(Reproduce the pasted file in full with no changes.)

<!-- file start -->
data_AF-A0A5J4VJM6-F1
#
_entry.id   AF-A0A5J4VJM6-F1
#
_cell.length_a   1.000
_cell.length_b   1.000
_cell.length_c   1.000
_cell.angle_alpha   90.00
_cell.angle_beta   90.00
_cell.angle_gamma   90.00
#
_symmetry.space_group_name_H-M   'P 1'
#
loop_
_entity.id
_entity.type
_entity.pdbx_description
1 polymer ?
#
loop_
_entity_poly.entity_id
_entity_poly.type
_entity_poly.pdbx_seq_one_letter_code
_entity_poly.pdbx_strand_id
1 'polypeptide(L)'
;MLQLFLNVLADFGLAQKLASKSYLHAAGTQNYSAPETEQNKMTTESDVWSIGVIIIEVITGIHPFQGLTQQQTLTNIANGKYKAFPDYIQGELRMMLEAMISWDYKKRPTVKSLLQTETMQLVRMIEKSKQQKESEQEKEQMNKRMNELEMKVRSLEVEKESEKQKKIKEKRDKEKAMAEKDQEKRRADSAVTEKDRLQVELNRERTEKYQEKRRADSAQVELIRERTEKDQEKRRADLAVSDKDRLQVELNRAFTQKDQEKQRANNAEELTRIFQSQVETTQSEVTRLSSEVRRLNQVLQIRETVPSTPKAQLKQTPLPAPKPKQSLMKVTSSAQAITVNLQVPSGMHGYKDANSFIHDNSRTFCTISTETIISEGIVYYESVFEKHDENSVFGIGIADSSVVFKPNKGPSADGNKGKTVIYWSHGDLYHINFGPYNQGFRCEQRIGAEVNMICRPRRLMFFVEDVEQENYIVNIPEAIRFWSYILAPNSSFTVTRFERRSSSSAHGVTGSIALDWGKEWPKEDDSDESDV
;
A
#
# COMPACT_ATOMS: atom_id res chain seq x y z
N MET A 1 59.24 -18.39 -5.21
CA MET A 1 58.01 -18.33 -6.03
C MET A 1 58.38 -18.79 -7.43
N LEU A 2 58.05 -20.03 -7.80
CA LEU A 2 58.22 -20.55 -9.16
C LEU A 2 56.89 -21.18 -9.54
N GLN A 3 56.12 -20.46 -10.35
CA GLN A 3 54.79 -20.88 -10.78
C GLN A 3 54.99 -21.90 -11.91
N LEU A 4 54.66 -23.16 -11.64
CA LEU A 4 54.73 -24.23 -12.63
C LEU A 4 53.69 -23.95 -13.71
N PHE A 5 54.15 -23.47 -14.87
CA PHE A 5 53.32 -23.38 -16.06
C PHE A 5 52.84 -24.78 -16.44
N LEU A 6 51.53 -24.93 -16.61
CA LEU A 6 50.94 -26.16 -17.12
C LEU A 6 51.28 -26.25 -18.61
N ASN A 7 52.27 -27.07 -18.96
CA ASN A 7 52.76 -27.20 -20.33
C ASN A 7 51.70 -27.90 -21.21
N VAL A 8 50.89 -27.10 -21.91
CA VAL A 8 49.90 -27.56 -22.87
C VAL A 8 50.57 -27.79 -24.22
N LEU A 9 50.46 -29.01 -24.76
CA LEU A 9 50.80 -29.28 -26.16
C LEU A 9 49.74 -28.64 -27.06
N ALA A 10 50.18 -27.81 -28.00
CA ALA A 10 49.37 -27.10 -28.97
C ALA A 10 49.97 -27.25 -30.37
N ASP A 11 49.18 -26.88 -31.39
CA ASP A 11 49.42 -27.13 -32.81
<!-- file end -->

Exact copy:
data_AF-A0A5J4VJM6-F1
#
_entry.id   AF-A0A5J4VJM6-F1
#
_cell.length_a   1.000
_cell.length_b   1.000
_cell.length_c   1.000
_cell.angle_alpha   90.00
_cell.angle_beta   90.00
_cell.angle_gamma   90.00
#
_symmetry.space_group_name_H-M   'P 1'
#
loop_
_entity.id
_entity.type
_entity.pdbx_description
1 polymer ?
#
loop_
_entity_poly.entity_id
_entity_poly.type
_entity_poly.pdbx_seq_one_letter_code
_entity_poly.pdbx_strand_id
1 'polypeptide(L)'
;MLQLFLNVLADFGLAQKLASKSYLHAAGTQNYSAPETEQNKMTTESDVWSIGVIIIEVITGIHPFQGLTQQQTLTNIANGKYKAFPDYIQGELRMMLEAMISWDYKKRPTVKSLLQTETMQLVRMIEKSKQQKESEQEKEQMNKRMNELEMKVRSLEVEKESEKQKKIKEKRDKEKAMAEKDQEKRRADSAVTEKDRLQVELNRERTEKYQEKRRADSAQVELIRERTEKDQEKRRADLAVSDKDRLQVELNRAFTQKDQEKQRANNAEELTRIFQSQVETTQSEVTRLSSEVRRLNQVLQIRETVPSTPKAQLKQTPLPAPKPKQSLMKVTSSAQAITVNLQVPSGMHGYKDANSFIHDNSRTFCTISTETIISEGIVYYESVFEKHDENSVFGIGIADSSVVFKPNKGPSADGNKGKTVIYWSHGDLYHINFGPYNQGFRCEQRIGAEVNMICRPRRLMFFVEDVEQENYIVNIPEAIRFWSYILAPNSSFTVTRFERRSSSSAHGVTGSIALDWGKEWPKEDDSDESDV
;
A
#
# COMPACT_ATOMS: atom_id res chain seq x y z
N MET A 1 59.24 -18.39 -5.21
CA MET A 1 58.01 -18.33 -6.03
C MET A 1 58.38 -18.79 -7.43
N LEU A 2 58.05 -20.03 -7.80
CA LEU A 2 58.22 -20.55 -9.16
C LEU A 2 56.89 -21.18 -9.54
N GLN A 3 56.12 -20.46 -10.35
CA GLN A 3 54.79 -20.88 -10.78
C GLN A 3 54.99 -21.90 -11.91
N LEU A 4 54.66 -23.16 -11.64
CA LEU A 4 54.73 -24.23 -12.63
C LEU A 4 53.69 -23.95 -13.71
N PHE A 5 54.15 -23.47 -14.87
CA PHE A 5 53.32 -23.38 -16.06
C PHE A 5 52.84 -24.78 -16.44
N LEU A 6 51.53 -24.93 -16.61
CA LEU A 6 50.94 -26.16 -17.12
C LEU A 6 51.28 -26.25 -18.61
N ASN A 7 52.27 -27.07 -18.96
CA ASN A 7 52.76 -27.20 -20.33
C ASN A 7 51.70 -27.90 -21.21
N VAL A 8 50.89 -27.10 -21.91
CA VAL A 8 49.90 -27.56 -22.87
C VAL A 8 50.57 -27.79 -24.22
N LEU A 9 50.46 -29.01 -24.76
CA LEU A 9 50.80 -29.28 -26.16
C LEU A 9 49.74 -28.64 -27.06
N ALA A 10 50.18 -27.81 -28.00
CA ALA A 10 49.37 -27.10 -28.97
C ALA A 10 49.97 -27.25 -30.37
N ASP A 11 49.18 -26.88 -31.39
CA ASP A 11 49.42 -27.13 -32.81